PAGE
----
Smartphones have become commonplace, and the number of apps available to users has in turn gone up as well. New apps are constantly popping up, big and small, with millions or just a handful of downloads. The developers behind these apps have many different tools at their disposal. One of them is Flutter, which has become increasingly prominent in the last couple of years, and which we also work with at Applifting. It’s proven to be very useful in certain cases, and our developers enjoy using it. It is for this reason that we’ve decided to turn our experience with Flutter into this series of articles.
What is Flutter
Flutter is a framework developed by Google that allows you to create mobile apps for iOS, Android, and other platforms using a single source code. It is a cross-platform technology with which you can develop several apps at the same time. Compared to going native, it comes with a number of perks, such as speeding up the overall process of development; there are, however, also a couple of disadvantages too. We’ll talk all about that in a section called The pros and cons of Flutter.
The first mention of Flutter appeared in 2015, though it was only in December 2018 that the first stable release was out. Now, a few years later, we have Flutter 3.0, which compared to the previous releases is more stable, powerful, and packed with developer features. Originally, it was used to develop mobile apps only, but this has now been extended to web applications and macOS, Linux, and Windows apps.
The pros and cons of Flutter
Flutter isn’t the first attempt at making a tool for creating cross-platform apps. It is predated by Xamaric, Ionic, or React Native, to name a few. That being said, nowadays, Flutter is the most popular of those (based on how favored it is by developers).
How does it fare in comparison to Swift and Kotlin in terms native mobile app development for iOS and Android?
- Cross-platform—developing two apps with one source code. No need for two different technologies, which often means double the developers needed. It isn’t twice as effective, as one might think, but it does help save a lot of time.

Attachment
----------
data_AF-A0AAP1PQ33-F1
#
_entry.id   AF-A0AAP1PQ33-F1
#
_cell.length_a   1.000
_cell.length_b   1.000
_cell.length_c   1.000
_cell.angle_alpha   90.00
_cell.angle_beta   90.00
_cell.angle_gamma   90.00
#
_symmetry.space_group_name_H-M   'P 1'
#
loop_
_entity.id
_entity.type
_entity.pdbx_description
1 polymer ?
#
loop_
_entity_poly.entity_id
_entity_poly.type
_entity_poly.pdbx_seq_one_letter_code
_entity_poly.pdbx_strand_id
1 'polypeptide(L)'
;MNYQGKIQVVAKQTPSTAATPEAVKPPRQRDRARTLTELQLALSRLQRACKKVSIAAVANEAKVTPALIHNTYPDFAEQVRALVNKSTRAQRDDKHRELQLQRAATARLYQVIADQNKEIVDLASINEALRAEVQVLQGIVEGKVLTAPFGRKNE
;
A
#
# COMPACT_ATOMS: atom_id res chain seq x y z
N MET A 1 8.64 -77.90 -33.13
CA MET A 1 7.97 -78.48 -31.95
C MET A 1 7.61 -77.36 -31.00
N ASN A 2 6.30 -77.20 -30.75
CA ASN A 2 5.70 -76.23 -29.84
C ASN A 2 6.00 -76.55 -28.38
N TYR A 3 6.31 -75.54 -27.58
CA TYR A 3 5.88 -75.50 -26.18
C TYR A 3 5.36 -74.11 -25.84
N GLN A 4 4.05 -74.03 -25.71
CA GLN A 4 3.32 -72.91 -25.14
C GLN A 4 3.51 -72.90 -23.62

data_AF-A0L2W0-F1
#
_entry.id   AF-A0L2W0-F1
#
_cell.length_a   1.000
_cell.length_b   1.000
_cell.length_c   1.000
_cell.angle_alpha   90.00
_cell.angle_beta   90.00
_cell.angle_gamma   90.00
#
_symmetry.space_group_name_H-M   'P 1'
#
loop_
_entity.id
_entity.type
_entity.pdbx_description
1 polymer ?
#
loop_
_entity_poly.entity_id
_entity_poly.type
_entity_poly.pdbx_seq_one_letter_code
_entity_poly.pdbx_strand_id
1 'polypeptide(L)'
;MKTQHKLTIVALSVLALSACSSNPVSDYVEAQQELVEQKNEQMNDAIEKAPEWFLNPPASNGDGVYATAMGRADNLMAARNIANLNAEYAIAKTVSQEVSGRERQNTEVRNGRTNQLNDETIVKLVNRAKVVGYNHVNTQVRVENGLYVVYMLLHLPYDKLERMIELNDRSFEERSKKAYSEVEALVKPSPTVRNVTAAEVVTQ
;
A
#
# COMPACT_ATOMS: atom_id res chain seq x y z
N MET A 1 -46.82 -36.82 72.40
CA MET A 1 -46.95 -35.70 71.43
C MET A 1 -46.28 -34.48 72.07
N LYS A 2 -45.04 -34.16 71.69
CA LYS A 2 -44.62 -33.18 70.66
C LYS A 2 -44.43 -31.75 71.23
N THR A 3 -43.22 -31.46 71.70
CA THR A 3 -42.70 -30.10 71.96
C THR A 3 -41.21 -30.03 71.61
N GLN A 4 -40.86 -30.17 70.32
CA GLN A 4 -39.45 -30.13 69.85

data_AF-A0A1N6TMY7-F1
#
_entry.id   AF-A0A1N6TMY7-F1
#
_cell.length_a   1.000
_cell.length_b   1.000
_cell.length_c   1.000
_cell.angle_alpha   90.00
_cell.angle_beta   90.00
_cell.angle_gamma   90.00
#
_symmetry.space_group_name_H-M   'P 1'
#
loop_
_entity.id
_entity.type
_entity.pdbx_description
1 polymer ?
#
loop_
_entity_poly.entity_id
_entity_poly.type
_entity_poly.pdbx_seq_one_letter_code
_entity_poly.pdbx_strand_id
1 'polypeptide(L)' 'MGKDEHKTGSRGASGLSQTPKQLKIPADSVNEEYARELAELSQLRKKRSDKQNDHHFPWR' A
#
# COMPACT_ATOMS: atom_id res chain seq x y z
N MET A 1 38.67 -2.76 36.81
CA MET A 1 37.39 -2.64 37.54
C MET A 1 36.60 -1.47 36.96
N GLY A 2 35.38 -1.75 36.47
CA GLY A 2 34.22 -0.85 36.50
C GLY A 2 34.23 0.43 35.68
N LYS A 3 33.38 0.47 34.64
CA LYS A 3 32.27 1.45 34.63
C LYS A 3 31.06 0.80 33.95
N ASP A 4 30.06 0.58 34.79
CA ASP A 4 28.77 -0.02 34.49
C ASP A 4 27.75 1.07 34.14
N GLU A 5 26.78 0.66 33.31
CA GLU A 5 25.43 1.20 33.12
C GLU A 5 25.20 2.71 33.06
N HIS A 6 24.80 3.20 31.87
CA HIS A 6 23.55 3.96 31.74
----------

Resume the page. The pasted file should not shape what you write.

- Speed—the way the code is developed is another aspect that saves time. Declarative programming significantly speeds up development, much like the hot reload function, which redraws the app’s screen every time the code is saved, thus doing away with the need of recompiling.
- Performance—which is comparable to native apps. You can add snappy animations of any complexity, and if you use Flutter correctly, you won’t be dealing with any unresponsive behavior.
- Customization—there is a vast array of easy-to-use premade components. Flutter’s intuitive approach to combining components allows you to tailor your app to any design, no matter how complex it is.
- Documentation—the technology is open source, therefore everyone is free to look at the source code. What’s more, all the parts are well documented and detailed, so you won’t run into any trouble there. The few errors there are in the code all come with clearly described ways of fixing them.
- Community—with an increase in use and popularity, Flutter comes with an ever-growing number of new libraries, improvements, and tutorials.
- Size—the final size of apps is larger. Downloading, installing, and updating takes a longer time, and the apps take up more space in users’ phones. Compared to native apps, we’re talking about a 20% increase in size.
- Specific requirements—accessing certain hardware functions on mobile devices is more complicated than it is with native development. In some cases, you need to implement things twice, both in terms of the technology as well as the system Flutter is running on. This is where the main advantage of Flutter goes down the chute. In general, the more system functions the app utilizes (GPS access, Bluetooth, etc.), the less you benefit from how quick the development is.
- Flutter is new—it’s been just a few years since it’s been released, and it’s still a work in progress. As much as the community is growing, compared to native development, there simply aren’t that many tried-and-true best practices and libraries for developers to make use of just yet.